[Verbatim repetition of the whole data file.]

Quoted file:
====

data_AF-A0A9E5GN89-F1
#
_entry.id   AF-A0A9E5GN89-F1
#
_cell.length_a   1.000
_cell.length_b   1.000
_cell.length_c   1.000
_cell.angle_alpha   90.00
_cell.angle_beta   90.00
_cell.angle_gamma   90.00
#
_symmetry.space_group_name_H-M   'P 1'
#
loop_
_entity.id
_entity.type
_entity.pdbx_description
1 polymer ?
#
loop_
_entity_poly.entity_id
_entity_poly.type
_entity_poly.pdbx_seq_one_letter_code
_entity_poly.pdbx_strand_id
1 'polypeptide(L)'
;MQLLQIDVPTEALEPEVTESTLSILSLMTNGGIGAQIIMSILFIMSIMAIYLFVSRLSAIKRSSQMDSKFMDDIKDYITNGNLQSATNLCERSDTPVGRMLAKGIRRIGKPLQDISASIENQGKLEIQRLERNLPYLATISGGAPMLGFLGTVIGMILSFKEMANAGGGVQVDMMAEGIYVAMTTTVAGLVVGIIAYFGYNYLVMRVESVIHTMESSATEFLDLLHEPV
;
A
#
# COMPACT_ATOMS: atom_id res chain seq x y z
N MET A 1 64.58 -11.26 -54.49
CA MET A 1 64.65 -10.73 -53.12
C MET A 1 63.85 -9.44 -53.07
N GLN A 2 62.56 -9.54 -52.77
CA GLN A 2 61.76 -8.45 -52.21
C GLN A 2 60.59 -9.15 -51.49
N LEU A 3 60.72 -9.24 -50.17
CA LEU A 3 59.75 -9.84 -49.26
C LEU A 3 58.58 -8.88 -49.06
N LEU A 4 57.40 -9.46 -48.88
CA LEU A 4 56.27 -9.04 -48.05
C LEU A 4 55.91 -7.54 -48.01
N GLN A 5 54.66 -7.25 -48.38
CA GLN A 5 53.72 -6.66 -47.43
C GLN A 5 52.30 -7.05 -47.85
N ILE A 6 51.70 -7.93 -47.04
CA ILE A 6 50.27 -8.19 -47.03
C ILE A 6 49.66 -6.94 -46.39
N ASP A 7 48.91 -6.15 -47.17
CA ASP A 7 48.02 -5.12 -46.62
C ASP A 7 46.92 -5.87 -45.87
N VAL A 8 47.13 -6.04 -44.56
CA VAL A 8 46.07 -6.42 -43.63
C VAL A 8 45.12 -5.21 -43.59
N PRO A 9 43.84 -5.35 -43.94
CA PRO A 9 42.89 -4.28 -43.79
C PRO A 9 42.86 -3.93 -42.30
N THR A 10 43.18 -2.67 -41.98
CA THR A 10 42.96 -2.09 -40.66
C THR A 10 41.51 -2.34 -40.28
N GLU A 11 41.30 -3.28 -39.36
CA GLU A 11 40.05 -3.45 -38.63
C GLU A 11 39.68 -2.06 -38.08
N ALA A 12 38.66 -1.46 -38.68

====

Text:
data_AF-A0A9E5GN89-F1
#
_entry.id   AF-A0A9E5GN89-F1
#
_cell.length_a   1.000
_cell.length_b   1.000
_cell.length_c   1.000
_cell.angle_alpha   90.00
_cell.angle_beta   90.00
_cell.angle_gamma   90.00
#
_symmetry.space_group_name_H-M   'P 1'
#
loop_
_entity.id
_entity.type
_entity.pdbx_description
1 polymer ?
#
loop_
_entity_poly.entity_id
_entity_poly.type
_entity_poly.pdbx_seq_one_letter_code
_entity_poly.pdbx_strand_id
1 'polypeptide(L)'
;MQLLQIDVPTEALEPEVTESTLSILSLMTNGGIGAQIIMSILFIMSIMAIYLFVSRLSAIKRSSQMDSKFMDDIKDYITNGNLQSATNLCERSDTPVGRMLAKGIRRIGKPLQDISASIENQGKLEIQRLERNLPYLATISGGAPMLGFLGTVIGMILSFKEMANAGGGVQVDMMAEGIYVAMTTTVAGLVVGIIAYFGYNYLVMRVESVIHTMESSATEFLDLLHEPV
;
A
#
# COMPACT_ATOMS: atom_id res chain seq x y z
N MET A 1 64.58 -11.26 -54.49
CA MET A 1 64.65 -10.73 -53.12
C MET A 1 63.85 -9.44 -53.07
N GLN A 2 62.56 -9.54 -52.77
CA GLN A 2 61.76 -8.45 -52.21
C GLN A 2 60.59 -9.15 -51.49
N LEU A 3 60.72 -9.24 -50.17
CA LEU A 3 59.75 -9.84 -49.26
C LEU A 3 58.58 -8.88 -49.06
N LEU A 4 57.40 -9.46 -48.88
CA LEU A 4 56.27 -9.04 -48.05
C LEU A 4 55.91 -7.54 -48.01
N GLN A 5 54.66 -7.25 -48.38
CA GLN A 5 53.72 -6.66 -47.43
C GLN A 5 52.30 -7.05 -47.85
N ILE A 6 51.70 -7.93 -47.04
CA ILE A 6 50.27 -8.19 -47.03
C ILE A 6 49.66 -6.94 -46.39
N ASP A 7 48.91 -6.15 -47.17
CA ASP A 7 48.02 -5.12 -46.62
C ASP A 7 46.92 -5.87 -45.87
N VAL A 8 47.13 -6.04 -44.56
CA VAL A 8 46.07 -6.42 -43.63
C VAL A 8 45.12 -5.21 -43.59
N PRO A 9 43.84 -5.35 -43.94
CA PRO A 9 42.89 -4.28 -43.79
C PRO A 9 42.86 -3.93 -42.30
N THR A 10 43.18 -2.67 -41.98
CA THR A 10 42.96 -2.09 -40.66
C THR A 10 41.51 -2.34 -40.28
N GLU A 11 41.30 -3.28 -39.36
CA GLU A 11 40.05 -3.45 -38.63
C GLU A 11 39.68 -2.06 -38.08
N ALA A 12 38.66 -1.46 -38.68